Tuesday, June 19, 2012

our married life.

first thing, you need to know we're on vacation visiting my husband's family and that we're sleeping in the living room.

secondly, a warning. the following story is a little TMI for some folks, so feel free to duck out any time.

"kids, go to sleep." i say, "your father and i need to go to walmart to get... stuff."

as they doze (with grandma sleeping in the other room) we sneak out to the car. we don't make it to walmart. duke unbuckles all of the kids' car-seats, throws them in the far-back, and we sit on the crumb-speckled bench-seat together. there's gigging and kissing and much-needed "married time."

sometimes staying in love is inconvenient. sometimes it takes moving car-seats and getting covered in goldfish crackers. sometimes it takes becoming accidentally locked in the backseat because of child-safety doors.

growing old together is proving to be a great adventure. i can't help feeling that i'm devouring cake while keeping it, too. 

we sat in the car and read our scriptures together by overhead light, relishing our time together, and feeling so very happy. we feel like our church and the pure and practical doctrine we have found there have brought us to life's oasis. we are so far from having it all together, but still we're trying, and the blessings are coming.

we have a rich marriage and we know it is because of our having followed Heavenly Father's patterns for happiness, as revealed through His church.

the other day i read a very interesting article about mormonism written by a college professor of another faith that you might enjoy. he makes mention of a statistic indicating that mormon women are more likely to be satisfied in their marriages. here's the link.

now, back to the air-mattress in the living room with a kid sleeping between us. which is pretty fantastic, too.

on the road.

postcard from Nevada...

Wednesday, June 13, 2012

dancing, hunting puppy dog.

there are four other boys in ballet at his studio and they all camp out for shows in a corner by the boys' bathroom. iggy joined them this time now that he's getting a little old for the girls' dressing rooms. the highlight of my backstage experience was peaking into the boys bathroom to check on the cause of all the giggling. there was iggy brandishing a toilet bowl scrubber, the four seven-year-old boys at his complete mercy.

he danced beautifully, supported by so many loving family members in the audience.
our day's story included thai food, an ice cream parlor, and a lot of waiting.
 meanwhile daddy and the other kiddos attended my sister's graduation party, complete with a cotton candy machine. both stories were lovely.
we weren't sure if iggy would want to continue ballet after this year's end, but here we are and he's more excited about it than ever before.

i'm sort-of thrilled.

after today.

no, you don't have to get off of the trampoline and put your backpack on. sure, you can kick your shoes off. heck yes, girls, we get to play all day long. it's summer!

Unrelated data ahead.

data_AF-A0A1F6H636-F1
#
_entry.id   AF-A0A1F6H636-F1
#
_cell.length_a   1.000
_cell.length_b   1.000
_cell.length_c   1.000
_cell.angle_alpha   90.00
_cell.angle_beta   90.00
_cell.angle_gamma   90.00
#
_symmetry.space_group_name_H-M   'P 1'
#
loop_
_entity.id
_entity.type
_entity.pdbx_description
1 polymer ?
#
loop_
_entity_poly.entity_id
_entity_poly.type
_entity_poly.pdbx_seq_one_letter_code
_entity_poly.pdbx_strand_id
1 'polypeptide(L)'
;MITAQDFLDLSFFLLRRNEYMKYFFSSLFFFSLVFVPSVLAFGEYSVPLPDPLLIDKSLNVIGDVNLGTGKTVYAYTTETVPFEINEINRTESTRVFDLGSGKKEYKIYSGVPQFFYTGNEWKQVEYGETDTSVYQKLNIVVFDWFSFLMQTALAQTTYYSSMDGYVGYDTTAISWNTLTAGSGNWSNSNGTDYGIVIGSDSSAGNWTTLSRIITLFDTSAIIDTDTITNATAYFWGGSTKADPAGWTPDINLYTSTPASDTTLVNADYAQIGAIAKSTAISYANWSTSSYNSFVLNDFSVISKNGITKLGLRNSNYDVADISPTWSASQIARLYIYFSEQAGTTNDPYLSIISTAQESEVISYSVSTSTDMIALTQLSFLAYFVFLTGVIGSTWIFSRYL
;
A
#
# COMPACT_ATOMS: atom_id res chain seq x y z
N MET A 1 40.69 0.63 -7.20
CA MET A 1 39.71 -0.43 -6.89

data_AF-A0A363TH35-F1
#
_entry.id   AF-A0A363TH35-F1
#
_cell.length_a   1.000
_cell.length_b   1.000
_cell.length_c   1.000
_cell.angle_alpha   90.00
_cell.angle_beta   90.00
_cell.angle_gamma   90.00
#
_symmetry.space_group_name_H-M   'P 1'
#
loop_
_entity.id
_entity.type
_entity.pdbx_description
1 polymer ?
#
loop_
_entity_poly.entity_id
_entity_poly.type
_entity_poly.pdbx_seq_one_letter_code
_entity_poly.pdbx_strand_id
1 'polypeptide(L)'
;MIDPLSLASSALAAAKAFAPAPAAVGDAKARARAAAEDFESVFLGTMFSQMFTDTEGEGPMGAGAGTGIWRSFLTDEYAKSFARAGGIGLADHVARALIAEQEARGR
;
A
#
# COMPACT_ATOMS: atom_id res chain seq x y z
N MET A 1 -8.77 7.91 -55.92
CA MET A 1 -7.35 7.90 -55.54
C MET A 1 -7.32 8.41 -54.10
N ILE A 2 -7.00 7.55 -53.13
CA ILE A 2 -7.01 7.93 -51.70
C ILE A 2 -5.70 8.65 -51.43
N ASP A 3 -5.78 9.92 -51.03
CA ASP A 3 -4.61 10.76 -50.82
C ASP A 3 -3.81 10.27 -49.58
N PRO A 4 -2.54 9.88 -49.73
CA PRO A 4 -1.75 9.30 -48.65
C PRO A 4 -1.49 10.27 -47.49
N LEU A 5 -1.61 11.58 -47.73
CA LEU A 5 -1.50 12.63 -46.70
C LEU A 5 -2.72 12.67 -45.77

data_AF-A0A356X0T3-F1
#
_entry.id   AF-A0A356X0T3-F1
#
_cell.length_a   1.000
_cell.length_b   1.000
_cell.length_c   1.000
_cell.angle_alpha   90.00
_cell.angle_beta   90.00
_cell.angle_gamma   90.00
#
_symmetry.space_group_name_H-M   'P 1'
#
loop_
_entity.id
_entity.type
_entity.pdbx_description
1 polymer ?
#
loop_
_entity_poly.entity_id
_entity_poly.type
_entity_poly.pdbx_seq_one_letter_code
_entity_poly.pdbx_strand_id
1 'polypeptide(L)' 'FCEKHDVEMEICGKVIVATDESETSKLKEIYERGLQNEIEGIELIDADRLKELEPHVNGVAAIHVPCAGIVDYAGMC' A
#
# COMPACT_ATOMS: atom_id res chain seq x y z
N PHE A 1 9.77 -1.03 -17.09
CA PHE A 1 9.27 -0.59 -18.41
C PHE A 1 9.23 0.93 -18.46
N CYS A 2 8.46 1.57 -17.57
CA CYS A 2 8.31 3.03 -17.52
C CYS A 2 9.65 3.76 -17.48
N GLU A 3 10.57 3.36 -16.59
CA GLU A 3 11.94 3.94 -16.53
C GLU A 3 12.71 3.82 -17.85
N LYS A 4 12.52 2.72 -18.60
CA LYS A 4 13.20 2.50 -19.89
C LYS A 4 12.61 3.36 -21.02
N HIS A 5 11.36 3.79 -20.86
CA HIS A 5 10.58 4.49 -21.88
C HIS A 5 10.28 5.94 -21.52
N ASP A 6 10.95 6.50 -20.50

yes, darling sister, you can come spend the night. no, you don't need to worry about your procrastinated science project. sure, let's do something adventurous on a whim.

no, cute girl, you don't need to wake up at five for seminary. yeah, let's do throw a party in the middle of the day. aren't you a little sad that you won't need to say the phrase "i wish i could but i have to go do my homework" again (until you're talking to cute boys at college)?
hooray to my five best-girls. here's to school's glorious end!

sunday night.

i'm going to reflect on this reoccurring scenario with a sense of humor. or i'll cry.

we begin each Sunday like any other morning, with a relatively tidy home. in my quest to make the Sabbath a day of rest, set apart, and different, i decide not to clean. instead i focus on reading the scriptures, getting to church, and spending quality time with family.

i find it very difficult to feel peace in a ransacked house. i also find it impossible to keep the Sabbath when i work in the same occupation and capacity as every other day.
i think i'll try to see the day's end with a smile on my face. one day off for mom, and just look at this place! a rare gift to see our world without a few of my many contributions.

good thing we make it to church. i'm need all the strength of soul i can get to survive life's mondays.

Thursday, June 7, 2012


silently, mostly, but sometimes she speaks, she's slipping through stages faster than i have energy to savor.

she spends too much time crying. i hate that. i wish i wasn't so tired, so spent. i strap her in. in the car-seat. in the high-chair. in the stroller. in the bike-trailer. i frantically feed her while my mind plans for the moment i can put her away somewhere until i must keep her alive again.

all those pretty dresses still on the hangers. too small now. i planned to... well it's too late for them now.

strangers compliment her red hair. is it red now? i look at her and see the object i must move. she's strapped to my back now anyway. i take photographs of all i can see, but she's behind me always. i can't see her.

my daughter. i could scoop her up if my arms weren't so full. i could kiss her cheeks if my mouth could stop instructing. i could dance with her if life would stop cutting in.

she will be my summer love. i will let myself become obsessed with her. the tiny, round wonder that is my child. i'm determined to find her.

up a tree.

fan club idea.